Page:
“When I work out first thing in the morning and have a great workout, my social anxiety for the rest of the day is just gone. Almost everything is gone: my body dysmorphia is gone, my OCD, my depression, my anxiety.”
“I think that it is important, as you get old, that you don’t sit back and think ‘I’m getting old, I can just relax.’ If you want to keep going, you must keep active, and keep walking.’’
“I always wanted to be the best and to be on the podium as much as possible. But now, it’s completely different, and I exercise because it makes me feel great and gives me time to switch off mentally but tune in physically.”
"I think it’s about embracing working out as a lifestyle. People say, “Vernon, why are you so fit?” I always told people that I’m not working out to compete. I work out for a lifetime. I can use the workouts I present for a lifetime, and so can you. Working out is the foundation for living a healthy and active lifestyle. I have moments when I struggle a little bit, but I have to stay motivated."
[Photo: Kaleigh Moore]
"So far [with trampolining], I’ve noticed a huge reduction in stress post-exercise—and I’m actually enjoying the time spent doing these workouts.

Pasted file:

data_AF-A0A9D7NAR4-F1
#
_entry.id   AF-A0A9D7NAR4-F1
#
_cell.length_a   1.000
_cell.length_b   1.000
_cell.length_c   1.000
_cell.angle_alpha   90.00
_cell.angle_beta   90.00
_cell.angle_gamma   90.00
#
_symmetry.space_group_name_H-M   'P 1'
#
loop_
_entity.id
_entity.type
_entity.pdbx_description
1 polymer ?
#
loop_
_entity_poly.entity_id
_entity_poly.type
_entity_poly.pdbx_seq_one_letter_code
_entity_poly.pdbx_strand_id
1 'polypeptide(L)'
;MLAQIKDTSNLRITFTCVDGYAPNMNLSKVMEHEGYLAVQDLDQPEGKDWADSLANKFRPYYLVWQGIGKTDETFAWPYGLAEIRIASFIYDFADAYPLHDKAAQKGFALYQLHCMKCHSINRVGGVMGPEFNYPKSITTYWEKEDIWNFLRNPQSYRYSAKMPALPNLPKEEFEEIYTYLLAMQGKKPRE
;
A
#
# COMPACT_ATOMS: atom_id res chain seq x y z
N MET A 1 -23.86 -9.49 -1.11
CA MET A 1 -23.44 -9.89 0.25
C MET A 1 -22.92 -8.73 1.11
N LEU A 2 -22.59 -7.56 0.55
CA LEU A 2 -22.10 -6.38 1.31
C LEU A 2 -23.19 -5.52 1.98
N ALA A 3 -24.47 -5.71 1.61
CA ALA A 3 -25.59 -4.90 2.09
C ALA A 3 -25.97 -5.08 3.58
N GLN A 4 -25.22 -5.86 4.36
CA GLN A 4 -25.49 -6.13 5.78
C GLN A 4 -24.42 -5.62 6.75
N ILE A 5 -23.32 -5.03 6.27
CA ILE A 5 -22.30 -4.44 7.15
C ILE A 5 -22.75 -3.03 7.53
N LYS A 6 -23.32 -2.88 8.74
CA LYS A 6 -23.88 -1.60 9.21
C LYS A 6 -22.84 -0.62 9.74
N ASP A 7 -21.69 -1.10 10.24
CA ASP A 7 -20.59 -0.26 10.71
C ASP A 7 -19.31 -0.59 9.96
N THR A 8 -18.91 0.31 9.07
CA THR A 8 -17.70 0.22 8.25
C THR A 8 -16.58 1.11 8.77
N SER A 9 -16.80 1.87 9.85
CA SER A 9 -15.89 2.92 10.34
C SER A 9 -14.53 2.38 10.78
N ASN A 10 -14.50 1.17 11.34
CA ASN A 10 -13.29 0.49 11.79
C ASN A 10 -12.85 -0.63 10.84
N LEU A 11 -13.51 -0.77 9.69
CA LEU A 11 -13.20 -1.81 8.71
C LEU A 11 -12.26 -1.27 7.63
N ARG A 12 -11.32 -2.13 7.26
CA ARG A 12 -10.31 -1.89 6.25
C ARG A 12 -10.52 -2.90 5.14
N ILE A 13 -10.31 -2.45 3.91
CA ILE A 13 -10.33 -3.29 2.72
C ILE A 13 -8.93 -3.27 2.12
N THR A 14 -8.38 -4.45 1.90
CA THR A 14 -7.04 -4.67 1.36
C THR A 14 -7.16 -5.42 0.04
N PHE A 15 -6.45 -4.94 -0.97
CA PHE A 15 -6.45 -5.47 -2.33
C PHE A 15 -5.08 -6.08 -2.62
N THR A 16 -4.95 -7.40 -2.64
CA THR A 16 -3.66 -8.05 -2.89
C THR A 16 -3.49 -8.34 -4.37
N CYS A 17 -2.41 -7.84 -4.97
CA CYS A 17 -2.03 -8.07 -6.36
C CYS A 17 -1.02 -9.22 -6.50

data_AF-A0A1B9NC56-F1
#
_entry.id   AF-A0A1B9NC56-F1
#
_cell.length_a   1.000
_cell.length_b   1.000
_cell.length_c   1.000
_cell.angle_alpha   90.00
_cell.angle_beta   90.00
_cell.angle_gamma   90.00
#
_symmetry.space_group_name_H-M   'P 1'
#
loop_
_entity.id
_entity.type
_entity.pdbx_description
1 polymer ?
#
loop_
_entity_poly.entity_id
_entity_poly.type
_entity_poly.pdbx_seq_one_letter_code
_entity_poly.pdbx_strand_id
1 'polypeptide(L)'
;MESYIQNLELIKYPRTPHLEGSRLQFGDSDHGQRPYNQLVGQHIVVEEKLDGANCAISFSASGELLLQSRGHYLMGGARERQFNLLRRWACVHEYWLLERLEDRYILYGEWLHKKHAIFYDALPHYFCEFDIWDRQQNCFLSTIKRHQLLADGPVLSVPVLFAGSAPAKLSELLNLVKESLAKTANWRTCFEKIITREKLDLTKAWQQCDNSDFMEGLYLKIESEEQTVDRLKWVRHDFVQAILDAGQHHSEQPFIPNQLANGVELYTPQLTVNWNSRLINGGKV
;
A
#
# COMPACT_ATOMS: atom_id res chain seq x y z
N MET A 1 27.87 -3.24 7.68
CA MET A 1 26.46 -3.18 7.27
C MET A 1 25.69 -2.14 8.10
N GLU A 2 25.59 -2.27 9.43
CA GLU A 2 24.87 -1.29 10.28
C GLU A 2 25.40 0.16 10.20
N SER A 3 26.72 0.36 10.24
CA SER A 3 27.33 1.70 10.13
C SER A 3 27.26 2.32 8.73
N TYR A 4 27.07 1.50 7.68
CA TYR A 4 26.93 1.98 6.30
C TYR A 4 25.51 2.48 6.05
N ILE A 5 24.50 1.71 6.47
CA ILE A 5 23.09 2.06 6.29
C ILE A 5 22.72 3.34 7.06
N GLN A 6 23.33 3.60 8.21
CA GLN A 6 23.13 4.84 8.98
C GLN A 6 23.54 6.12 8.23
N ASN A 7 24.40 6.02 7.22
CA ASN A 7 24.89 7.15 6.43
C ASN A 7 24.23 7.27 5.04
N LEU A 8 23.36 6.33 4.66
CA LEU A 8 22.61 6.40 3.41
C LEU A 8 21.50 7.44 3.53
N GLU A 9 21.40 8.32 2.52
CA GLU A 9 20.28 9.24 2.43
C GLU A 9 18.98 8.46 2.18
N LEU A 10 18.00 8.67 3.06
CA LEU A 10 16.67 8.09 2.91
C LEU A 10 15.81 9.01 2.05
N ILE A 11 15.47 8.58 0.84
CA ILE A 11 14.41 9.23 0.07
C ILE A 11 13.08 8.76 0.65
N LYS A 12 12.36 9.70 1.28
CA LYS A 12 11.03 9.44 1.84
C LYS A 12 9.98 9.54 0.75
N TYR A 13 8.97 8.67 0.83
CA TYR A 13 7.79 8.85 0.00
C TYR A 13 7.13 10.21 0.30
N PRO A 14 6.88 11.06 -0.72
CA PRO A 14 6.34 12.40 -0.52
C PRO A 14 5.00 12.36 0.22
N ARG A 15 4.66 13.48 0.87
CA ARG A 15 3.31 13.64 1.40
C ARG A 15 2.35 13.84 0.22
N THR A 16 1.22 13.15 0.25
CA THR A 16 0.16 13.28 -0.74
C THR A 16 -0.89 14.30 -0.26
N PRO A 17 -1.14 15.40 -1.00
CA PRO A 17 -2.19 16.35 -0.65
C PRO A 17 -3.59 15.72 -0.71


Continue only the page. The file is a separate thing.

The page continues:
“I started exercising at about 80 years of age. I was getting kind of weak. Finding it was a lot harder to move around. Exercise is important to be more mobile and for better health overall. It helps me a lot.”
"I can do that...I walk anyway...there are people that I'd love to help. So, why not?...make a few dollars to give to the wonderful the VON (Victoria Order of Nurses)..."
"I move because I have the ability to move and it is a privilege many don't have! The ability of living the best life I can is something only I can do and only I can choose to control how I see my days!"
"All the people of Jasper, they raised a ton of money for me in order to provide with something like a sit-ski, and I wouldn’t be out here riding at Marmot if it wasn’t for that generosity of the community and that love that they’ve showed me from day one. Getting to the summit of Marmot, it’s kind of is my way to give back. It’s like ‘Hey guys, I’ve worked hard, everybody supported me and here I am, standing on the summit of our mountain again’. I feel like every step I make has been literally hundreds, it not thousands of hours of physio and it’s going to mean something.
“More than anything. I love being surrounded by water. Fully immersed in that relentless, translucent, beautiful element. I feel at home. I’m alive there. It gives me a sense of freedom - the freedom of not feeling disabled or limited. I used to say that swimming was my escape, but that’s not accurate. Swimming forced me to deal with the things I wanted to escape. It helped me work through a lot of feelings and frustrations, because I had hours under water just to swim laps and think. I had the freedom to be alone with myself, completely unlimited by my circumstances or my body while doing what I loved. I think that’s why I took to swimming with such ease. All my life I have had to fight to catch up with people. But not in the water. That’s the one place where everyone else is trying to keep up with me!”